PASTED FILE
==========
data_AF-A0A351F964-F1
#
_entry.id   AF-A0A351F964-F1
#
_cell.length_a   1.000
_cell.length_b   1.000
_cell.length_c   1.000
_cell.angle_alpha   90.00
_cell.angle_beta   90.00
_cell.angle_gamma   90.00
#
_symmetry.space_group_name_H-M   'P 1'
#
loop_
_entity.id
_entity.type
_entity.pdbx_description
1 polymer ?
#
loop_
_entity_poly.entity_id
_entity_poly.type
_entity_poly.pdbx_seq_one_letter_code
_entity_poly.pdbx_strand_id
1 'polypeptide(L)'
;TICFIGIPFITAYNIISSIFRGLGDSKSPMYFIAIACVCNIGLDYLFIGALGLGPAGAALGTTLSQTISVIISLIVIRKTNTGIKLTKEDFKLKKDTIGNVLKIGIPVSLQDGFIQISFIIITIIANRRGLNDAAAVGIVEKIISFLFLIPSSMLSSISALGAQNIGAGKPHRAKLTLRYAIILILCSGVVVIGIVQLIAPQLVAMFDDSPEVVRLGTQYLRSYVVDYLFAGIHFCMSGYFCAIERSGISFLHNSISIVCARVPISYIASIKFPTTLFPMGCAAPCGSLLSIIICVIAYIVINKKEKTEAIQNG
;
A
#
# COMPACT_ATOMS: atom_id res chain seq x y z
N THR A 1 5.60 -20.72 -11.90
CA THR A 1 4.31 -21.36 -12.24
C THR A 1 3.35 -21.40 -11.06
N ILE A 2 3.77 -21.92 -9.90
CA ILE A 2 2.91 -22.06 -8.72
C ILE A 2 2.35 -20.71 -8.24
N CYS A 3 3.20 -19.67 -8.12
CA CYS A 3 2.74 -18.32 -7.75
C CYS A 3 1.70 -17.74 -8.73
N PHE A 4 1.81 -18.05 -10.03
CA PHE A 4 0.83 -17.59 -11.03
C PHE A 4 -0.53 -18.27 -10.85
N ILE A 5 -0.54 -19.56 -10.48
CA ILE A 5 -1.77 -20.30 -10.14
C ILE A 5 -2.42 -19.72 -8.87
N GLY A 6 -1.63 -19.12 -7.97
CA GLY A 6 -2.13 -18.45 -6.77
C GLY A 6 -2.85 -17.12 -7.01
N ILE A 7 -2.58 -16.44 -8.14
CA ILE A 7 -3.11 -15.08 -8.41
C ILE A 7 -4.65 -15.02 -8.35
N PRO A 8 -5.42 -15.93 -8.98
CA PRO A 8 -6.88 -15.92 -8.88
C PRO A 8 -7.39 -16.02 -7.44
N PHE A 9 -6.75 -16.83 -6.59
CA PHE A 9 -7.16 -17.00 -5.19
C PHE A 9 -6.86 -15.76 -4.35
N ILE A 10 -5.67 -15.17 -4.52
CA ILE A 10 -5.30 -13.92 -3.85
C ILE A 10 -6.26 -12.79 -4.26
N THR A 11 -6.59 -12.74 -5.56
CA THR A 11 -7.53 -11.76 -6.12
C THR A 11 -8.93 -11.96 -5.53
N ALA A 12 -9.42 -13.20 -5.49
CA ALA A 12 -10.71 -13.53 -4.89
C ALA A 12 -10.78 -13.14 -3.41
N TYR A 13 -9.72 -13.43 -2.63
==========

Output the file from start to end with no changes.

data_AF-A0A351F964-F1
#
_entry.id   AF-A0A351F964-F1
#
_cell.length_a   1.000
_cell.length_b   1.000
_cell.length_c   1.000
_cell.angle_alpha   90.00
_cell.angle_beta   90.00
_cell.angle_gamma   90.00
#
_symmetry.space_group_name_H-M   'P 1'
#
loop_
_entity.id
_entity.type
_entity.pdbx_description
1 polymer ?
#
loop_
_entity_poly.entity_id
_entity_poly.type
_entity_poly.pdbx_seq_one_letter_code
_entity_poly.pdbx_strand_id
1 'polypeptide(L)'
;TICFIGIPFITAYNIISSIFRGLGDSKSPMYFIAIACVCNIGLDYLFIGALGLGPAGAALGTTLSQTISVIISLIVIRKTNTGIKLTKEDFKLKKDTIGNVLKIGIPVSLQDGFIQISFIIITIIANRRGLNDAAAVGIVEKIISFLFLIPSSMLSSISALGAQNIGAGKPHRAKLTLRYAIILILCSGVVVIGIVQLIAPQLVAMFDDSPEVVRLGTQYLRSYVVDYLFAGIHFCMSGYFCAIERSGISFLHNSISIVCARVPISYIASIKFPTTLFPMGCAAPCGSLLSIIICVIAYIVINKKEKTEAIQNG
;
A
#
# COMPACT_ATOMS: atom_id res chain seq x y z
N THR A 1 5.60 -20.72 -11.90
CA THR A 1 4.31 -21.36 -12.24
C THR A 1 3.35 -21.40 -11.06
N ILE A 2 3.77 -21.92 -9.90
CA ILE A 2 2.91 -22.06 -8.72
C ILE A 2 2.35 -20.71 -8.24
N CYS A 3 3.20 -19.67 -8.12
CA CYS A 3 2.74 -18.32 -7.75
C CYS A 3 1.70 -17.74 -8.73
N PHE A 4 1.81 -18.05 -10.03
CA PHE A 4 0.83 -17.59 -11.03
C PHE A 4 -0.53 -18.27 -10.85
N ILE A 5 -0.54 -19.56 -10.48
CA ILE A 5 -1.77 -20.30 -10.14
C ILE A 5 -2.42 -19.72 -8.87
N GLY A 6 -1.63 -19.12 -7.97
CA GLY A 6 -2.13 -18.45 -6.77
C GLY A 6 -2.85 -17.12 -7.01
N ILE A 7 -2.58 -16.44 -8.14
CA ILE A 7 -3.11 -15.08 -8.41
C ILE A 7 -4.65 -15.02 -8.35
N PRO A 8 -5.42 -15.93 -8.98
CA PRO A 8 -6.88 -15.92 -8.88
C PRO A 8 -7.39 -16.02 -7.44
N PHE A 9 -6.75 -16.83 -6.59
CA PHE A 9 -7.16 -17.00 -5.19
C PHE A 9 -6.86 -15.76 -4.35
N ILE A 10 -5.67 -15.17 -4.52
CA ILE A 10 -5.30 -13.92 -3.85
C ILE A 10 -6.26 -12.79 -4.26
N THR A 11 -6.59 -12.74 -5.56
CA THR A 11 -7.53 -11.76 -6.12
C THR A 11 -8.93 -11.96 -5.53
N ALA A 12 -9.42 -13.20 -5.49
CA ALA A 12 -10.71 -13.53 -4.89
C ALA A 12 -10.78 -13.14 -3.41
N TYR A 13 -9.72 -13.43 -2.63